Rhoticity in English is the pronunciation of the historical rhotic consonant by English speakers. The presence or absence of rhoticity is one of the most prominent distinctions by which varieties of English can be classified. In rhotic varieties, the historical English sound is preserved in all pronunciation contexts. In non-rhotic varieties, speakers no longer pronounce in postvocalic environments—that is, when it is immediately after a vowel and not followed by another vowel. For example, in isolation, a rhotic English speaker pronounces the words hard and butter as /ˈhɑːrd/ and /ˈbʌtər/, whereas a non-rhotic speaker "drops" or "deletes" the sound, pronouncing them as /ˈhɑːd/ and /ˈbʌtə/. When an r is at the end of a word but the next word begins with a vowel, as in the phrase "better apples", most non-rhotic speakers will pronounce the in that position, since it is followed by a vowel in this case.

References

Notes

  1. In British English collective nouns may be either singular or plural, according to context. An example provided by Partridge is: " 'The committee of public safety is to consider the matter', but 'the committee of public safety quarrel regarding their next chairman' ...Thus...singular when...a unit is intended; plural when the idea of plurality is predominant". BBC television news and The Guardian style guide follow Partridge but other sources, such as BBC Online and The Times style guides, recommend a strict noun-verb agreement with the collective noun always governing the verb conjugated in the singular. BBC radio news, however, insists on the plural verb. Partridge, Eric (1947) Usage and Abusage: "Collective Nouns". Allen, John (2003) BBC News style guide , page 31.

Citations

  1. "English"; IANA language subtag registry; retrieved: 11 January 2019; subject named as: en; publication date: 16 October 2005.
  2. "United Kingdom"; IANA language subtag registry; retrieved: 11 January 2019; subject named as: GB; publication date: 16 October 2005.
  3. "BRITISH ENGLISH | Meaning & Definition for UK English". Lexico.com. Archived from the original on 12 November 2020. Retrieved 18 February 2022.
  4. "British English; Hiberno-English" . Oxford English Dictionary (2 ed.). Oxford, England: Oxford University Press. 1989.
  5. British English, Cambridge Academic Content Dictionary
  6. The Oxford English Dictionary applies the term to English as "spoken or written in the British Isles; esp[ecially] the forms of English usual in Great Britain", reserving "Hiberno-English" for the "English language as spoken and written in Ireland". [4] Others, such as the Cambridge Academic Content Dictionary, define it as the "English language as it is spoken and written in England". [5]
  7. McArthur (2002), p. 45.
  8. Jeffries, Stuart (27 March 2009). "The G2 Guide to Regional English". The Guardian . section G2, p. 12.
  9. English and Welsh, 1955 J. R. R. Tolkien, also see references in Brittonicisms in English
  10. "Linguistics 201: History of English". pandora.cii.wwu.edu. Archived from the original on 18 October 2017. Retrieved 29 July 2017.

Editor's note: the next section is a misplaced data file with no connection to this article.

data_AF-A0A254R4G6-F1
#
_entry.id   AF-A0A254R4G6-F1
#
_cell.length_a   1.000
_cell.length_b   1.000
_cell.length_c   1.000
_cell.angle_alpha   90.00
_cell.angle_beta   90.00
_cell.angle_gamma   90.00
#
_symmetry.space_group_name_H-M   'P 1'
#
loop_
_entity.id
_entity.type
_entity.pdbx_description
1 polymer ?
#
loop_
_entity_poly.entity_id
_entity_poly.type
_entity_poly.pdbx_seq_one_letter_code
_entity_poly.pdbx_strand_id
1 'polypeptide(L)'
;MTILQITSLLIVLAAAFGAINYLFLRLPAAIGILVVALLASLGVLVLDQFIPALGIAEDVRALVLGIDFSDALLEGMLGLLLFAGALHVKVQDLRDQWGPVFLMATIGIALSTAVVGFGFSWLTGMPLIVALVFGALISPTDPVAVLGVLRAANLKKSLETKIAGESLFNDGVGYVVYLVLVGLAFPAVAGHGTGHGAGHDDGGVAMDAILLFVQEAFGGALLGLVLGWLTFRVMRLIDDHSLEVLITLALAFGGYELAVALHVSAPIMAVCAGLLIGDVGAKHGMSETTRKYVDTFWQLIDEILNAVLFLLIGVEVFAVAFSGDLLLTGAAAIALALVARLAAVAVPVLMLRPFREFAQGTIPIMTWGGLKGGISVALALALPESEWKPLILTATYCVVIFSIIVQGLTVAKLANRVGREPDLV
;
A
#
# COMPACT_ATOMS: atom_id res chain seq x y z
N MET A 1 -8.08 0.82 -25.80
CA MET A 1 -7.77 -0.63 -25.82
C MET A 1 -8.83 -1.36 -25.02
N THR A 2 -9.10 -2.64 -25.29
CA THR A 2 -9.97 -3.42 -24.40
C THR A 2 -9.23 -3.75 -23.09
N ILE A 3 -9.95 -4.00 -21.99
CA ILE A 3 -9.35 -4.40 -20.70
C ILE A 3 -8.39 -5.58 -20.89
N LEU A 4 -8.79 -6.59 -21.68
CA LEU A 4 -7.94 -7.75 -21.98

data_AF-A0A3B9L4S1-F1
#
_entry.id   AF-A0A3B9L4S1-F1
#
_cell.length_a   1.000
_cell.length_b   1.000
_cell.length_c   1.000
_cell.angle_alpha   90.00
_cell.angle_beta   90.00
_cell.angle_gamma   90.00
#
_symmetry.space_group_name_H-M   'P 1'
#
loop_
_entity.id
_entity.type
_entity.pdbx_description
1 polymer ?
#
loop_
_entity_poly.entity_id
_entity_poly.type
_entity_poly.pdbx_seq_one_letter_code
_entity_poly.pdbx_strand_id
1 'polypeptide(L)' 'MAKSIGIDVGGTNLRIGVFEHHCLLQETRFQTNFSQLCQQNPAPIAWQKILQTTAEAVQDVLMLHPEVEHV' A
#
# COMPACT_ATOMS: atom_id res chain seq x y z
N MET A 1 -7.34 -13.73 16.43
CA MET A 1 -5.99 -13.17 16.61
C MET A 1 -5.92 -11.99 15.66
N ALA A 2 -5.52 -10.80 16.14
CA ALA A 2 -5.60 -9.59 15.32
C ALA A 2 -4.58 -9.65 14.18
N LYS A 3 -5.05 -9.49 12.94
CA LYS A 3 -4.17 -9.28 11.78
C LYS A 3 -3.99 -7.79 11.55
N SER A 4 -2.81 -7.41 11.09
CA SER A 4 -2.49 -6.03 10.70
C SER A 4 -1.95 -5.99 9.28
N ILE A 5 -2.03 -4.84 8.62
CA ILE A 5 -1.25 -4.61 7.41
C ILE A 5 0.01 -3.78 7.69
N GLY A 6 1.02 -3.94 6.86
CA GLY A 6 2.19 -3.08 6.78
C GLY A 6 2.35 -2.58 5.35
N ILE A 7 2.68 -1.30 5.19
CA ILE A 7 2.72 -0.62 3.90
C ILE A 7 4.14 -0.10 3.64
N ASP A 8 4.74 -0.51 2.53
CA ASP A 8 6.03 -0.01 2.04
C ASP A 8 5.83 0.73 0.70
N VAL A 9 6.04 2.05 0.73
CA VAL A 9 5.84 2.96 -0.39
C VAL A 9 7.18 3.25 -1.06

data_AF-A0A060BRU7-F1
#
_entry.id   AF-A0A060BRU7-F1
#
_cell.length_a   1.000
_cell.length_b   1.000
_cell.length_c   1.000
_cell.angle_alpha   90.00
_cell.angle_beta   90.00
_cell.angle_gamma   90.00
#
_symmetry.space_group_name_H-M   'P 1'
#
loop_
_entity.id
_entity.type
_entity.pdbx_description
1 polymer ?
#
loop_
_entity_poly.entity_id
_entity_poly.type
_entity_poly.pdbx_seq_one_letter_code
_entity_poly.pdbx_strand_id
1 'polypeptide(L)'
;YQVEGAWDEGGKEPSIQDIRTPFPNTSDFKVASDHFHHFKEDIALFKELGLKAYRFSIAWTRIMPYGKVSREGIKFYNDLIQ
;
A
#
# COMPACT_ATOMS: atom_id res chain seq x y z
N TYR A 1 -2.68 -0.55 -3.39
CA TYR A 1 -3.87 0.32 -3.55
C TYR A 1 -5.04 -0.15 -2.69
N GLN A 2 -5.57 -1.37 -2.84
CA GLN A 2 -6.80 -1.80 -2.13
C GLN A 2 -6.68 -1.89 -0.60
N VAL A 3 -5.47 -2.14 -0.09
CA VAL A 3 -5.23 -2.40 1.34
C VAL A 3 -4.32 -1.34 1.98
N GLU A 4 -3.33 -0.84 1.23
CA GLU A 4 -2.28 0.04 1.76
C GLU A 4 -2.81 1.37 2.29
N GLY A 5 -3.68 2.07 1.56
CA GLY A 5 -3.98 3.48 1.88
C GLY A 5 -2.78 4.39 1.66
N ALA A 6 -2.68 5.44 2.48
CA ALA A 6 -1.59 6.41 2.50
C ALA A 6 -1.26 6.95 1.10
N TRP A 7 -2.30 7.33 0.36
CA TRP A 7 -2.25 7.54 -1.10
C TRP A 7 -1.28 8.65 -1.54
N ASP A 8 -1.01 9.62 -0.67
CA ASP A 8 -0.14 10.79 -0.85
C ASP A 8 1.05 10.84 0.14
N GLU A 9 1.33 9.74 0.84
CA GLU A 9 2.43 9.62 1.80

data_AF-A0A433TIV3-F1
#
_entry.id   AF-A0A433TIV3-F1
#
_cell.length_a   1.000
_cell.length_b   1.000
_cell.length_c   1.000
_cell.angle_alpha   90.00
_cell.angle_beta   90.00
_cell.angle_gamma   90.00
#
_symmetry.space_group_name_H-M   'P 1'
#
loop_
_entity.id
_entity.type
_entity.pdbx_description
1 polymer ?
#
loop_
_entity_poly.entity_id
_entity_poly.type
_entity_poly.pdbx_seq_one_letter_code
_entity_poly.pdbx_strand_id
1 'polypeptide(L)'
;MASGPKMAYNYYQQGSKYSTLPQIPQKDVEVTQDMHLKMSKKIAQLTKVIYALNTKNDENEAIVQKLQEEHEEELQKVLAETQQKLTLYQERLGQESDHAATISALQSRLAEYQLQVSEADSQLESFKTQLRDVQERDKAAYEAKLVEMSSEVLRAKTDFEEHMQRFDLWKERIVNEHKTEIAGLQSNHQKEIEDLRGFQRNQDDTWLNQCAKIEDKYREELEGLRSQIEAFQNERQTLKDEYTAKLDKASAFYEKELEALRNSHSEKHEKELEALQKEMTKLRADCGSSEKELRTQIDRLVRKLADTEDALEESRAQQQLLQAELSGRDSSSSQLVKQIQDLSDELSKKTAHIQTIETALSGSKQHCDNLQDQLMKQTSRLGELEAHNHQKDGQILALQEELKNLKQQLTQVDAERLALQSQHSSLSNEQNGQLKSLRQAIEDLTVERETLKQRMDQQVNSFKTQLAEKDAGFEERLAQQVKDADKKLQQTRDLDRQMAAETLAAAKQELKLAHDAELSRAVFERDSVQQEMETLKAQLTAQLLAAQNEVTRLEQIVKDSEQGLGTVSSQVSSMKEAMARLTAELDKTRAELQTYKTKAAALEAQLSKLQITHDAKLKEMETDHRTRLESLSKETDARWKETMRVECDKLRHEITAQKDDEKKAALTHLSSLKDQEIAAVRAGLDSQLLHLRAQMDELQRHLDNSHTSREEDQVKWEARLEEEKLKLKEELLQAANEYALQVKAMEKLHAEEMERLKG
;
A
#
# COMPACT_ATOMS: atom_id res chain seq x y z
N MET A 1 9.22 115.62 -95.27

11. Why You Swear in Anglo-Saxon and Order Fancy Food in French: Registers, archived from the original on 28 October 2021, retrieved 18 March 2021
  12. 1 2 "The History of English – Early Modern English (c. 1500 – c. 1800)". www.thehistoryofenglish.com. Archived from the original on 9 December 2014. Retrieved 28 July 2017.
  13. Professor Sally Johnson biography on the Leeds University website
  14. 1 2 Mapping the English language—from cockney to Orkney, Leeds University website, 25 May 2007.
  15. McSmith, Andy. Dialect researchers given a "canny load of chink" to sort "pikeys" from "chavs" in regional accents, The Independent, 1 June 2007. Page 20
  16. "Received Pronunciation" . Retrieved 20 March 2017.
  17. BBC English because this was originally the form of English used on radio and television, although a wider variety of accents can be heard these days.
  18. Sweet, Henry (1908). The Sounds of English. Clarendon Press. p.  7.
  19. 1 2 3 Fowler, H.W. (1996). R.W. Birchfield (ed.). "Fowler's Modern English Usage". Oxford University Press.
  20. Franklyn, Julian (1975). A dictionary of rhyming slang. London: Routledge and Kegan Paul. p. 9. ISBN   0-415-04602-5.
  21. "UrBEn-ID Urban British English project". Archived from the original on 19 March 2021. Retrieved 23 May 2016.
  22. "Argot bargy". The Economist. 2 November 2013. ISSN   0013-0613 . Retrieved 15 April 2021.
  23. "How Is Immigration Changing Language In the UK?". www.vice.com. Retrieved 16 April 2021.
  24. 1 2 Trudgill, Peter (1984). Language in the British Isles. Cambridge, England: Cambridge University Press. pp. 56–57. ISBN   0-521-28409-0.
  25. , Oxford Dictionaries website, 2 April 2017.
  26. , BBC, 8 January 2017.
  27. , BBC, 2 April 2017.
  28. "Pride and Prejudice, by Jane Austen". www.gutenberg.org. Retrieved 27 February 2020.
  29. "Double negatives and usage – English Grammar Today – Cambridge Dictionary". dictionary.cambridge.org.
  30. Tubau, Susagna (2016). "Lexical variation and Negative Concord in Traditional Dialects of British English". The Journal of Comparative Germanic Linguistics. 19 (2): 143–177. doi:10.1007/s10828-016-9079-4. S2CID   123799620.
  31. 1 2 "The Standardisation of English". courses.nus.edu.sg.
  32. "The History of English: Spelling and Standardization (Suzanne Kemmer)". www.ruf.rice.edu.
  33. "New edition of The Complete Plain Words will delight fans of no-frills". Independent.co.uk . 27 March 2014.
  34. "Style Guide" (PDF). University of Oxford . Archived (PDF) from the original on 9 October 2022. Retrieved 14 June 2019.
  35. Matthews, R. J. (December 1982). "New Zealand English: A Case Study". World Englishes. 2 (2): 75–80. doi:10.1111/j.1467-971X.1982.tb00525.x. ISSN   0883-2919.
  36. Tirban, N (2012). "The Major Difference between British and American English in Written and Oral Communication" (PDF). Communication, Context, Interdisciplinarity (2012): 985–990 via Google Scholar.
  37. Dash, Niladri Sekhar (2007). "Indian and British English: A handbook of usage and pronunciation (review)". Language. 83 (2): 465. doi:10.1353/lan.2007.0065. ISSN   1535-0665. S2CID   144960858.